These pages have been constructed in fulfillment of the final project assignment for GEOS.5405 (Remote Sensing) at the University of Texas at Dallas for the fall term 2000.

Petrologic Analysis of Eastern Sultanate of Oman

by Leslie F. Bleamaster III


The Sultanate of Oman is host to the Earth's largest mass of exposed ancient oceanic crust, the Samail Ophiolite.  Rock types within the ophiolite include peridiotites, gabbros, basalts, and serpentanites.  The surrounding geology is a complex collection of intensely deformed quartzites, mafic schists (including eclogite assemblages), calc-schists, dolomites and other carbonates.  Because of Oman's dry climate, lack of vegetation, and minimal cloud cover, studying the Samail Ophiolite and the surrounding area by remote sensing means is facilitated.  Three remote data sets, 1) LANDSAT (5) TM [scenes 159-44 and 158-43], 2) CORONA satellite photography [scenes DS09059A008MC028 and DS09034A023MC055], and 3) a G-topo digital elevation model (DEM), were originally proposed to be the primary, secondary, and tertiary data sets, respectfully, however, only the LANDSAT and DEM data sets proved to be useful.  Geologic mapping was based primarily on the interpretation of the two LANDSAT scenes, whereas the DEM provided a spatial context, and facilitated visualization of the ground terrain.  The DEM provided no major geologic contributions, but it did make for some very nice images.

As proposed, the results of this work were compared with the field mapping completed by Gregory, R.T., Gray, D.R., and Miller, J.M., near Masqat, Oman.  The mapping completed within this project has no where near the lithologic or structural detail achieved by the ground team, however, geologic units discerned from the remote data do correlate well with those of Gregory, Gray, and Miller.  Preliminary evaluation has raised some interesting questions and further investigation of the remote data may provide reconnaissance maps for future field studies northwest of Masqat.


The term ophiolite refers to a distinctive rock assemblage containing ultramafic, gabbroic, and basaltic rocks, which are commonly capped by a thin veneer of deep-sea pelagic sediments.  The emplacement of ophiolites is still not well understood but certainly seems to be the result of convergence between oceanic and continental plates.  In the simplest and most straight forward model, the beginning of subduction at a newly activated old passive margin results initially in some of the ocean plate overriding the edge of the continental plate before normal subduction of oceanic lithosphere can be established.  This process, called obduction, overthrusts oceanic crust onto the continental margin and results in a cross sectional display of the uppermost layers of the oceanic crust.  This simple model does not particularly explain the processes which occured in Oman, but never the less, the ophiolite does represent ancient oceanic crust and the use of the LANDSAT 5 false color images do provide the ability to produce a simplified geologic map and statigraphic sequence for the region without ever leaving the comfort of the air conditioned lab.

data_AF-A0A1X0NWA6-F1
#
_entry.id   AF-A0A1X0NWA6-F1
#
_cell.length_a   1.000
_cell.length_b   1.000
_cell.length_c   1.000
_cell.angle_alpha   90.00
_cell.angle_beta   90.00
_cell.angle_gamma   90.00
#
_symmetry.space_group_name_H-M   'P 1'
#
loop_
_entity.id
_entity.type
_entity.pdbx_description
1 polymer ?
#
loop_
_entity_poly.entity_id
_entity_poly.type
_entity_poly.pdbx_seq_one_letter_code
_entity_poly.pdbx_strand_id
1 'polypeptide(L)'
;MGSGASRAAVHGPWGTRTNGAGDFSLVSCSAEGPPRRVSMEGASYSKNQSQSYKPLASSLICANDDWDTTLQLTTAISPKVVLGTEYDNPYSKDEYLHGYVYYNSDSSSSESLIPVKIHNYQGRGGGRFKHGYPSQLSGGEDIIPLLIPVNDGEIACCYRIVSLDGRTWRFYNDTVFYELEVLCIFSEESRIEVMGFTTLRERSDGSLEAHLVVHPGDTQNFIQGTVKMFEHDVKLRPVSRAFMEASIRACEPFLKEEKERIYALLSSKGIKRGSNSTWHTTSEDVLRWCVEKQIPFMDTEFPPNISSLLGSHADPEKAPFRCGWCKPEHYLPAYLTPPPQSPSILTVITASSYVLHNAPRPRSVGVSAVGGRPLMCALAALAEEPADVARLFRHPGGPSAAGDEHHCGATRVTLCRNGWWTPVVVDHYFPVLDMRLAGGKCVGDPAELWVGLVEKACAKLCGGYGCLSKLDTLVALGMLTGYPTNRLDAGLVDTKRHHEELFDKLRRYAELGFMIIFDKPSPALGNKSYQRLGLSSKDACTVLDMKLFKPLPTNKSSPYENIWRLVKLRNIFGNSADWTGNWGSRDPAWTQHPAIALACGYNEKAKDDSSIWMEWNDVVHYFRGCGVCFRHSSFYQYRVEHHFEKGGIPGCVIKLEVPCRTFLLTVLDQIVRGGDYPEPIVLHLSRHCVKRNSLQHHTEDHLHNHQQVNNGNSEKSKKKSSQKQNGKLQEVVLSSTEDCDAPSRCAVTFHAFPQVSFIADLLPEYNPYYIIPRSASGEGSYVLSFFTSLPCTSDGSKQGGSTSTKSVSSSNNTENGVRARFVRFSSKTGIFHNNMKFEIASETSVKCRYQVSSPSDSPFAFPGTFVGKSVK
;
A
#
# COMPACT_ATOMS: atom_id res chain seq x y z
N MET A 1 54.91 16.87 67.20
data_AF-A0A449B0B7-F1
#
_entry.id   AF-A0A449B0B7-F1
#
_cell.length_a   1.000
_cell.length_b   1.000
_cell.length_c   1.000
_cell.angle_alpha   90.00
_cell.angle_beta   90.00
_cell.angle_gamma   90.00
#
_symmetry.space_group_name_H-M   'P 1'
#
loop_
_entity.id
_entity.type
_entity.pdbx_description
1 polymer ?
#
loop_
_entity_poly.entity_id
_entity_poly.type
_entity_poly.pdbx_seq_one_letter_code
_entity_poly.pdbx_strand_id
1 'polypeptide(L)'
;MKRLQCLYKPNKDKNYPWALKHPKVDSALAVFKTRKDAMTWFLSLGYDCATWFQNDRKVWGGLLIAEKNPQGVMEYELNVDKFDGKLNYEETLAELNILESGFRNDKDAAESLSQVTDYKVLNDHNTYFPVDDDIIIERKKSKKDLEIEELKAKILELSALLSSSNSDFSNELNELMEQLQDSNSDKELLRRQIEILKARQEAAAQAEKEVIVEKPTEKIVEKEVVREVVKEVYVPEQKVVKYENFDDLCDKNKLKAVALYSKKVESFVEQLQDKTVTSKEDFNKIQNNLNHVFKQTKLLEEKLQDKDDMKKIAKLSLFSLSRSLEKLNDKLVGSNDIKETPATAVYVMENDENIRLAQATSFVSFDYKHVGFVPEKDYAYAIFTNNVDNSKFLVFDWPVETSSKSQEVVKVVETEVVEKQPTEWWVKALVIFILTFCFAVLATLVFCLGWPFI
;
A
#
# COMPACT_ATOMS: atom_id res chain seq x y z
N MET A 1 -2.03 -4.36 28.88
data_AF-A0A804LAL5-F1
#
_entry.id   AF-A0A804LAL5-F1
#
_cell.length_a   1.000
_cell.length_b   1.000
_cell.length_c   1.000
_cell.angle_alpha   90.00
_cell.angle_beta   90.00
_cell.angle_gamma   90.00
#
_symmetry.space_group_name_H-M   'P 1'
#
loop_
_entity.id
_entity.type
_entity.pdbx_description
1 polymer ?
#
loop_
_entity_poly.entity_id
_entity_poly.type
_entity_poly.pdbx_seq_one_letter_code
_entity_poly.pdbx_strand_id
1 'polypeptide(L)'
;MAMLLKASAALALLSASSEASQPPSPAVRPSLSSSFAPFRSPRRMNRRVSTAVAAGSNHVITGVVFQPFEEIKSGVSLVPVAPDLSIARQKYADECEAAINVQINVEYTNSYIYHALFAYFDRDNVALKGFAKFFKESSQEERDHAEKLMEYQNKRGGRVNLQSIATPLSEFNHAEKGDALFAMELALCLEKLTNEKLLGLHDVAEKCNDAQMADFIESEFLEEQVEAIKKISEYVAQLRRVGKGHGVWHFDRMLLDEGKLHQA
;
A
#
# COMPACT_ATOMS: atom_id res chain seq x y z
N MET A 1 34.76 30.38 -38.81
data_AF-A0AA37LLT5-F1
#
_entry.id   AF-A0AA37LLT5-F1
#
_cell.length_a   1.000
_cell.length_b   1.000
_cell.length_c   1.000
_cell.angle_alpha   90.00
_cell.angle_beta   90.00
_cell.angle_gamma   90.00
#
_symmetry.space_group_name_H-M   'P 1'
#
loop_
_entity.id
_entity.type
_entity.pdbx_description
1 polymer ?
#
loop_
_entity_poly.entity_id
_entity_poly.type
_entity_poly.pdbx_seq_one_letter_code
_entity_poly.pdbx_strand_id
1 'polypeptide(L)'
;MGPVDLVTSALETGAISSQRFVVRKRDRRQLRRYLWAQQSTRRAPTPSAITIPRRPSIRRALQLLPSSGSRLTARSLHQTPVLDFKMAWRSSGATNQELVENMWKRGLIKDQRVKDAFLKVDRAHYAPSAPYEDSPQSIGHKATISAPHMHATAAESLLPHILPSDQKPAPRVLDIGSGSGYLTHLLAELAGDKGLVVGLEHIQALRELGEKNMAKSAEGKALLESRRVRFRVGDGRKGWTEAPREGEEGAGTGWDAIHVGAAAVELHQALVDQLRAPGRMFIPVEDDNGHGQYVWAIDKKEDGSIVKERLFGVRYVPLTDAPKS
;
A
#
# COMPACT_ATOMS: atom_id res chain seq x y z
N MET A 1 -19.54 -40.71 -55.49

LANDSAT 5 scenes, received from Robert Gregory, were used as my primary data set.  The use of the software program ENVI, available through the UT Dallas Remote Sensing Laboratory, allowed manipulation of the spectral data.  True color (3-2-1, Figure 1) images, as well as band ratio images [i.e. Sultan's combination (5/7-5/1-3/4*5/4, Figure 2), and Abrahmís combination (5/7-4/5-3/1, Figure 3)], were all helpful in distinguishing major geologic units, however Sultan's combination (Figure2) proved to be the most valuable for differentiating lithologic differences both within and surrounding the ophiolite.

As a secondary data source I used a G-topo digital elevation model made available through the UTD Laboratory.  The DEM's spatial resolution footprint is approximately 800 meters which is much coarser than the LANDSAT's 30 meter resolution.  By generating a topo-map with 200 ft contours, it can be easily seen that the ophiolite and associated carbonate units are high standing and make up the bulk of the Oman montains that arch from the southeast to the northwest parrallelling the coastline.  The topography data also shows the two structural windows though which the basement rocks are exposed.  Although the limited resolution of the DEM does not allow for direct evaluation of topographic/lithologic relationships it can be used to enhance the LANDSAT 5 images by providing a three-dimentional spatial context.  Draping the Sultan's combination images over the DEM does show a broad corelation of lithology to topography (Figure 4).  The DEM was also used to create a 360 degree fly around above the southeastern (158-44) true color LANDSAT image (Figure 5).

Of the two mosaic CORONA scenes purchased from the USGS, only one was scanned and evaluated.  The smallness of the hard copy image (5 x 5 inches) proved to be too small to provide adequate resolution, even when scanned at the highest resolution possible.  Perhaps individual CORONA swaths, rather than mosaics would provide better resolution images.  Although the image was not used during this petrologic analysis, I am making the image available here at greatly reduced resolution (DS09034A023MC055) for you viewing.

Remote data/ Field Mapping Comparison

Using the map of the Saih Hatat by Gregory, Gray, and Miller as a guide to interpret the different colors produced by stretching the LANDSAT images (Figure 6), lithologic relationships were extended into other portions of the ophiolite to produce a simplified geologic map showing some of the large scale lithologic units and structural relationships.  More detailed studies are to come.  Please stay tuned.

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